Attitudes Regarding Iterative Software Development Planning and Measuring

Attitudes Regarding Iterative Software Development Planning and MeasuringNowhere is the change in values of iterative development planning and measuring more important than in the management team. If the project is to iterate successfully, it must be managed iteratively.

The project manager must believe that an iterative approach is the best way to manage the project and must be prepared to set aside any inflexible, predictive, waterfall management practices that have been used before. This doesn’t mean that you should throw away all the good management practices and experiences you have built up over the years; good, disciplined project management is essential to the effective application of iterative development techniques. It is just that you must put aside some of the conventional wisdom about planning to give yourself the freedom to fully exploit the flexibility and power of the iterative approach.

The conventional approach to planning is prescriptive, based on the assumptions that the work which needs to be done can be predicted with great precision and that the unusual rarely occurs. This is true for many things—building a bridge over a highway or a standard family dwelling or a prefabricated commercial building, for example. These engineering efforts are technically predictable, and planning this kind of work is based on hundreds of years of experience. This experience has given rise to the generic project lifecycle in which the different types of project activities are aligned to the single phase that bears their name (i.e. Requirements, Analysis, Design, Code, Test and Deploy).

Waterfall planning is founded on a complex system of interrelated beliefs:

  • Products can be completely developed in one pass
  • Requirements can be completed and frozen early
  • All requirements are of equal importance
  • Designs can be verified without building and testing something
  • The entire project can be planned in detail with a high degree of precision at the start of the project
  • Everything important can be known at the beginning of the project
  • The project can “earn” value by only doing one discipline at a time
  • Most importantly, if we follow the prescriptive steps of our process, then all the project risks will be addressed, and therefore one should measure teams on their ability to follow a plan and managers on their ability to create a plan

The focus of all waterfall methods is on optimizing the steps in the process to eliminate repetition and rework and to detect problems through detecting deviations from the plan. In short, the plan is usually regarded as perfect, and deviations from the plan are considered undesirable.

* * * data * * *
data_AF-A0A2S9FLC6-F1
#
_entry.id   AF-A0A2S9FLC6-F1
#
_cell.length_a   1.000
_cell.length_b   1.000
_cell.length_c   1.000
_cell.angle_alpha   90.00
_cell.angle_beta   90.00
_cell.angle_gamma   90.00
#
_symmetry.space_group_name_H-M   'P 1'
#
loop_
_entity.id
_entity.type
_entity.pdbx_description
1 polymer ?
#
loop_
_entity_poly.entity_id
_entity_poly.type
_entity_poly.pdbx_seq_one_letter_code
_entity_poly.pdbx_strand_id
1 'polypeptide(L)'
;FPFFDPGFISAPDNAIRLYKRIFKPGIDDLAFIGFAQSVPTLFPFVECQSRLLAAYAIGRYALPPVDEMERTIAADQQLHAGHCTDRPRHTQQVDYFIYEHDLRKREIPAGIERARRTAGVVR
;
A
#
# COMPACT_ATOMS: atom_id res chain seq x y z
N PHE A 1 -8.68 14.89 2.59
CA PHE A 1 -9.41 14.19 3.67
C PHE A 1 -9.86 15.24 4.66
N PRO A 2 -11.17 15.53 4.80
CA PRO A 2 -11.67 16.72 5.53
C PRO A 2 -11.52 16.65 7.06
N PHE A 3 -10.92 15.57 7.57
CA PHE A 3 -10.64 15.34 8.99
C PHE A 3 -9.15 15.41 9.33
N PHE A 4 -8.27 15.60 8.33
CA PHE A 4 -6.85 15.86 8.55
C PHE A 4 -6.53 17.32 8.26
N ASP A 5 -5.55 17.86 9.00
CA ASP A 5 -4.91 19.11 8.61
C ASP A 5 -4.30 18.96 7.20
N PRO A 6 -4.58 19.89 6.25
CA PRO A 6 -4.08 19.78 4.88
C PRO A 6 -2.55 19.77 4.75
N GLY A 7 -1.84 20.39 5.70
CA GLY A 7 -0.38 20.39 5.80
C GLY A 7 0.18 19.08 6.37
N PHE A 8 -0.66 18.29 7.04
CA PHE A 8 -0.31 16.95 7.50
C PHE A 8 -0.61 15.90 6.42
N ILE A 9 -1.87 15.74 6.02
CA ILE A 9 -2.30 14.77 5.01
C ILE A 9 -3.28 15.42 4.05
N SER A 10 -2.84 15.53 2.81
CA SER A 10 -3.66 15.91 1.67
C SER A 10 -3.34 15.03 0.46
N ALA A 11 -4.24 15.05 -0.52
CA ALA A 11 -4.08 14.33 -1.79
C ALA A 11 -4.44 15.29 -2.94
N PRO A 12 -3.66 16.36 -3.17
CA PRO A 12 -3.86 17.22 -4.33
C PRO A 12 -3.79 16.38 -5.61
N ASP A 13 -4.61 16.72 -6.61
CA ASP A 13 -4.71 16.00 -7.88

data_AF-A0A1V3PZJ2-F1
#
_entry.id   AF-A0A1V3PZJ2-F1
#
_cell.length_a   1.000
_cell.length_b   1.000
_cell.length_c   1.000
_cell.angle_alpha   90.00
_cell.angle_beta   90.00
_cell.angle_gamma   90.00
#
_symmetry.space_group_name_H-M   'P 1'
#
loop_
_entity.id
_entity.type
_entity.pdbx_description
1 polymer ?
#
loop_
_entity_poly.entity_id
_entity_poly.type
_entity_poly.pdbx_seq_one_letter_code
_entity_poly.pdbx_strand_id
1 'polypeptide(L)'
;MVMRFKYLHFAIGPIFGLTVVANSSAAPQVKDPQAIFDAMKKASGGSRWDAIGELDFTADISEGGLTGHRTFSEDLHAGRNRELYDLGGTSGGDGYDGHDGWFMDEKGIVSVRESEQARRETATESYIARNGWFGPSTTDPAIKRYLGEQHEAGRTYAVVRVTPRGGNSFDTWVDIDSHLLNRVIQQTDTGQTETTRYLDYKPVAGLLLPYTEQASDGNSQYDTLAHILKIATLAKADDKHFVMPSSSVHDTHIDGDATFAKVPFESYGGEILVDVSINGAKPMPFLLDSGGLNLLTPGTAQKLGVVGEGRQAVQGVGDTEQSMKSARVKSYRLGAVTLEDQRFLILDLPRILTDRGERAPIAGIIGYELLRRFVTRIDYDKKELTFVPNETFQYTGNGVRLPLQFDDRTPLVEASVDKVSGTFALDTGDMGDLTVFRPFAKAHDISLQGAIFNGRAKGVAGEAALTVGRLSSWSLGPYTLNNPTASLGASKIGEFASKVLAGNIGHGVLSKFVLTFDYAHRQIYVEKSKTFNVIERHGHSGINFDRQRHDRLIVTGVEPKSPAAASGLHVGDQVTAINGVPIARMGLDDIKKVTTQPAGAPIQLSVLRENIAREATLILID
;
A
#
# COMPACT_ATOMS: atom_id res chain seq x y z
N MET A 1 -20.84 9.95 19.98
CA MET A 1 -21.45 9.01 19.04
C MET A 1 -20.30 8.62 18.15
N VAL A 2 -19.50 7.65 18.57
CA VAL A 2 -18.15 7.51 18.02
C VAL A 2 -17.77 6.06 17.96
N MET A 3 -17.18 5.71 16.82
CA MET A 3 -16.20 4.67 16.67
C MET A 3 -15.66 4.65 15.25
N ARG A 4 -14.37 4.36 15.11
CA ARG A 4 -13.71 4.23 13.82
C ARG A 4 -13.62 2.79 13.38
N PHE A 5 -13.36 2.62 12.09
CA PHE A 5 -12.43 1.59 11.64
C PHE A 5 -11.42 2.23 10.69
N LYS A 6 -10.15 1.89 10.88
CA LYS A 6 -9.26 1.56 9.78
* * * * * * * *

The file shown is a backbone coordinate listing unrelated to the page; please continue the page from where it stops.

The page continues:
Why Conventional Planning Wisdom is Wrong When Applied to Software

The short explanation is that almost every one of these assumptions is wrong when applied to software. Software development is an immature discipline, typically requiring extensive innovation and invention, rather than a mature discipline guided by generations of experience. Software projects are also typically unique in that we do not build the same things in the same way over and over again.

We are usually building something new or rebuilding something in a new way - software is typically a response to the needs of a changing business. In addition, innovation in software development technologies proceeds at such a blistering pace that in addition to changing business conditions, the implementation technologies are constantly shifting.

In opposition to the assumptions underlying the waterfall methods, we find that:

  • Problems are discovered too late to do anything about them.
  • Predictive plans do not provide the flexibility and adaptability required to handle extensive unknowns.
  • Early commitment to detailed requirements is counter-productive.
  • Undertaking only one activity at a time separates teams, reduces effectiveness, and creates adversarial team relationships.
  • Only obtaining feedback from the next sequential activity delays the detection of errors and problems.
  • The plan does not adapt to the risks facing the project.
  • Integration and testing are always left until the end where, more often than not, they are cut back in an attempt to meet the original delivery date.
  • Design feedback is obtained late, usually leading to late design breakage, when it is too late to fix problems in the architecture.
  • Because the objective feedback provided by demonstration and testing is only obtained late in the project, risk resolution typically occurs too late to be effective.

The adoption of waterfall practices means that the problems are typically concentrated at the end of project, which is unfortunate because the majority of the budget has already been consumed and it is often too late to fix the problems.

The failure of the conventional wisdom about planning, especially for high-value, high-risk projects, has led to the evolution of a more progressive school of thought and the foundation of iterative development.